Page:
Elijah and His Wish for Death

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The last three weeks as a church we have been bringing to light a reality that so many of us have experienced or are experiencing: depression.

Scripture holds many stories that speak directly or indirectly to this reality. One of my favorite passages to read in the Bible on depression is 1 Kings 19. It’s an interesting passage that follows a huge victory the prophet Elijah just had. And it looks exactly like so many of our victories (and failures!) in this life.

Just prior to the events of this passage, Elijah faces down the false prophets of Baal. He sees the fire of God come down and consume an altar of stone, water, and wet wood. He then kills hundreds of those false prophets, prays in an end to a seven year drought, and proceeds to supernaturally outrun a horse and chariot to the nearest town.

In an unfortunate turn of events, the current ruler, Jezebel, who follows Ba’al, becomes angry at what has happened and threatens Elijah’s life. Despite the amazing act of the power of God that Elijah has just seen, this is how Elijah responds:

“It is enough; now, O Lord, take my life, for I am not better than my fathers.”

Elijah is exhausted. He has been living radically, seeing amazing things done by God, been a living sacrifice with his life, and he’s tired. He’s done. He walks a day into the wilderness, sits down on the sandy ground under a small tree, and asks to die.

God responds.

“Arise, eat - because the journey is too great for you.”

What a great endorsement! In response to a plea of weariness, God gives Elijah a little nourishment - and then tells him to keep going.

This is SO OFTEN what we really experience in life. We come home from work and our kids need to be disciplined. We lead Lifegroup and a few hours later get an email with a personal crisis. It takes all of our energy to show up to church, and then we sense God nudging us to go and pray over a friend.

God hears Elijah’s request, but he gives him supernatural nourishment because there is more work to be done.

What happens next?

Elijah walks. For 40 days. 40 DAYS. To a mountain! He climbs up the mountain, crawls into a cave, and waits for God. So of course, what is the first thing God says to Elijah as he sits in his mountain-cave? Good job? Well done, faithful servant? The first time I read this response, I was a little irked by God.

“What are you doing here, Elijah?”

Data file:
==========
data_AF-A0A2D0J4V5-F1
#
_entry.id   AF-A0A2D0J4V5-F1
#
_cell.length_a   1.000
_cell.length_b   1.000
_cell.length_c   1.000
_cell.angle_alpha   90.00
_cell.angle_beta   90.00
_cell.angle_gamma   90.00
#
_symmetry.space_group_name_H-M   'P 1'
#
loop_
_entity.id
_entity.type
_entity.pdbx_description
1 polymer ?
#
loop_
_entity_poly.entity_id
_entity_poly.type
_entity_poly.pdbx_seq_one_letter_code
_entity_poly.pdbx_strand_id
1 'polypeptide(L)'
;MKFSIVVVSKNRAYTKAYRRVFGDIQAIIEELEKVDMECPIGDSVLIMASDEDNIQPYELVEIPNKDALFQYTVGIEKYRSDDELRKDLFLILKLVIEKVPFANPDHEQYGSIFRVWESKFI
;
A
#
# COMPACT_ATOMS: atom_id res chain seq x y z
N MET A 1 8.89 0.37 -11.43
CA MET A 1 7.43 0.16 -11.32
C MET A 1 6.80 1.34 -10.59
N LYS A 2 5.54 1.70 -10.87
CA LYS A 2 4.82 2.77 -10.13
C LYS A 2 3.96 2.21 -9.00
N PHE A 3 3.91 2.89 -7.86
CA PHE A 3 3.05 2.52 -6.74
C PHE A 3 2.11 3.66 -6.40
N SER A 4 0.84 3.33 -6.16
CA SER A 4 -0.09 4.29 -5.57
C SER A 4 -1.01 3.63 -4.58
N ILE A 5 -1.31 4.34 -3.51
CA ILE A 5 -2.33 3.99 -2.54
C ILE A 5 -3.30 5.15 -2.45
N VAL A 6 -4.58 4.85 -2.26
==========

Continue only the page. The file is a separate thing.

God! What do you mean, ‘what are you doing here’!? You brought me here! You literally gave me the food and sent me packing. I just did the walking and obeyed you. What are you interrogating me for?

I would have been a little ticked if that’s what God said to me after I walked 40 days with no food, no company, and the knowledge that an entire nation was out to kill me at the command of their queen. I would want to be the one asking God what HE is doing!

Elijah answers God, though. He tells God his story, his narrative. He has done everything to obey God, and he opens up and shares his emotions. He feels alone. He feels that no one else wants to follow God, that he’s the only one left who seeks God.

You may know the next part. God sends a fire, windstorm, and earthquake - all very powerful, big acts. But God is not in them. There is still a delay to God’s presence. Elijah waits.

How does God meet Elijah?

In a gentle breeze.

What does the breeze say?

Nothing fancy.

“What are you doing here, Elijah?”

It’s the same question God asked earlier. It’s a probing question. God knows the answer. Elijah responds in exactly the same fashion as before. There’s nothing new.

God isn’t asking Elijah his rationale for being there. He’s not looking for facts. He’s asking Elijah about his heart.

What are you doing here? Where are you? Not just your body and mind, but you - your heart. Where is it? Why are you here? How are you doing?

Elijah repeats exactly what he said earlier. And when God responds this time, he gives Elijah a new plan for replenishment and he encourages Elijah that there are others like him who are still seeking God.

Why is this story one of my favorite passages on depression? Because it calls us to continued resistance.

I have read this passage so many times in the mornings, the evenings, when I feel I have nothing left. And I see Elijah picking up his feet forty more days on supernatural food and think - I can do it, too. I must do it, too. I am not the only one who has felt this way. I am not alone. I will press through.

Guys, I want to see God. I want to travel up that mountain even though it is, well, a mountain. I really WANT to see God move in the earth, and if that means picking up my feet one more day, then that’s what I will give. I will give it.

Today, be encouraged knowing that there are major leaders of faith in Scripture who had days just like you! They had days of great victories and days of great despair. Days where they didn’t understand why God was questioning them, and days where God asked them to walk more. But that is not the end of the story. The story continues when God brings Elijah a faithful friend and co-laborer, Elisha. The story ends with Elijah being borne up into heaven. It lives on in Jesus who, like Elijah, pleaded with God to take his cup from him. And when the cup was not taken, he walked on.

Continue on with me, my friend. Walk on with me. I will go, too. Let us journey up the mountain and see the Lord.

About the Author: Allison is a massage therapist working out of her own studio at A2 Yoga. If she isn't helping people’s bodies on their journey to health, she's probably doing something around Antioch! She loves prayer, worship, and spending time with her roommates, the families around the church, and her lifegroup!